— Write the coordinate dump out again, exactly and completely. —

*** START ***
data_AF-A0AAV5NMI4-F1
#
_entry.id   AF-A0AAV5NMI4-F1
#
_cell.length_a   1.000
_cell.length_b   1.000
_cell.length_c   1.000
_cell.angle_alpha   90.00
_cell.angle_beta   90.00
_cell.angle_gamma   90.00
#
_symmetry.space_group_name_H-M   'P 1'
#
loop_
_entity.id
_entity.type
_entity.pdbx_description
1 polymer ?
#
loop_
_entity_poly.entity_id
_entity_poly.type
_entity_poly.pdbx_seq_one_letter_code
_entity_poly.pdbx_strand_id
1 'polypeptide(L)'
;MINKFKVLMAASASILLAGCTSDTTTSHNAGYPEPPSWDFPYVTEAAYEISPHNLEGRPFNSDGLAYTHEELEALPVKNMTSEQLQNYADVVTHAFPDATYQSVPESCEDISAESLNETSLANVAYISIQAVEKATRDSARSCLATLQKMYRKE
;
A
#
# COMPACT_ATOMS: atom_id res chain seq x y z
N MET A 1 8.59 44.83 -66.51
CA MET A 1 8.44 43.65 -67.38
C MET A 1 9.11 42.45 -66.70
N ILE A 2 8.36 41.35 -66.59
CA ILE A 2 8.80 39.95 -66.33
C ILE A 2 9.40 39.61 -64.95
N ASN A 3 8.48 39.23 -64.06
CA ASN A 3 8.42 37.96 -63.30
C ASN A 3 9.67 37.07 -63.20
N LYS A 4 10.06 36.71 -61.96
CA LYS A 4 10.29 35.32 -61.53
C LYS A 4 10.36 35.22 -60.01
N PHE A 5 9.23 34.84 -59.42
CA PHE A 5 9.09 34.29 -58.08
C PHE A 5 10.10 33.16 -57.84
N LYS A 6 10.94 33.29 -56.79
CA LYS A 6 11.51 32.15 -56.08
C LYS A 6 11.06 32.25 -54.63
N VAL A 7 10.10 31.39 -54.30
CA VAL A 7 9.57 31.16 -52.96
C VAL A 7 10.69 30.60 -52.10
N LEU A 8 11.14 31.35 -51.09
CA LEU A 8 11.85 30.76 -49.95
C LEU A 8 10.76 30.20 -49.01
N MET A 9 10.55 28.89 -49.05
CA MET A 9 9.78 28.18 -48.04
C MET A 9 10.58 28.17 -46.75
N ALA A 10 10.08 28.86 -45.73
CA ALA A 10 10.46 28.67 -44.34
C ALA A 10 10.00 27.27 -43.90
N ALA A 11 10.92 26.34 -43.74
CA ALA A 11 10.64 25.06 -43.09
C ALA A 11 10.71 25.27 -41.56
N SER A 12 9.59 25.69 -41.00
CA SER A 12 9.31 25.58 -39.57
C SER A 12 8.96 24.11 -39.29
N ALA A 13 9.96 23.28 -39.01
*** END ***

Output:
data_AF-A0AAV5NMI4-F1
#
_entry.id   AF-A0AAV5NMI4-F1
#
_cell.length_a   1.000
_cell.length_b   1.000
_cell.length_c   1.000
_cell.angle_alpha   90.00
_cell.angle_beta   90.00
_cell.angle_gamma   90.00
#
_symmetry.space_group_name_H-M   'P 1'
#
loop_
_entity.id
_entity.type
_entity.pdbx_description
1 polymer ?
#
loop_
_entity_poly.entity_id
_entity_poly.type
_entity_poly.pdbx_seq_one_letter_code
_entity_poly.pdbx_strand_id
1 'polypeptide(L)'
;MINKFKVLMAASASILLAGCTSDTTTSHNAGYPEPPSWDFPYVTEAAYEISPHNLEGRPFNSDGLAYTHEELEALPVKNMTSEQLQNYADVVTHAFPDATYQSVPESCEDISAESLNETSLANVAYISIQAVEKATRDSARSCLATLQKMYRKE
;
A
#
# COMPACT_ATOMS: atom_id res chain seq x y z
N MET A 1 8.59 44.83 -66.51
CA MET A 1 8.44 43.65 -67.38
C MET A 1 9.11 42.45 -66.70
N ILE A 2 8.36 41.35 -66.59
CA ILE A 2 8.80 39.95 -66.33
C ILE A 2 9.40 39.61 -64.95
N ASN A 3 8.48 39.23 -64.06
CA ASN A 3 8.42 37.96 -63.30
C ASN A 3 9.67 37.07 -63.20
N LYS A 4 10.06 36.71 -61.96
CA LYS A 4 10.29 35.32 -61.53
C LYS A 4 10.36 35.22 -60.01
N PHE A 5 9.23 34.84 -59.42
CA PHE A 5 9.09 34.29 -58.08
C PHE A 5 10.10 33.16 -57.84
N LYS A 6 10.94 33.29 -56.79
CA LYS A 6 11.51 32.15 -56.08
C LYS A 6 11.06 32.25 -54.63
N VAL A 7 10.10 31.39 -54.30
CA VAL A 7 9.57 31.16 -52.96
C VAL A 7 10.69 30.60 -52.10
N LEU A 8 11.14 31.35 -51.09
CA LEU A 8 11.85 30.76 -49.95
C LEU A 8 10.76 30.20 -49.01
N MET A 9 10.55 28.89 -49.05
CA MET A 9 9.78 28.18 -48.04
C MET A 9 10.58 28.17 -46.75
N ALA A 10 10.08 28.86 -45.73
CA ALA A 10 10.46 28.67 -44.34
C ALA A 10 10.00 27.27 -43.90
N ALA A 11 10.92 26.34 -43.74
CA ALA A 11 10.64 25.06 -43.09
C ALA A 11 10.71 25.27 -41.56
N SER A 12 9.59 25.69 -41.00
CA SER A 12 9.31 25.58 -39.57
C SER A 12 8.96 24.11 -39.29
N ALA A 13 9.96 23.28 -39.01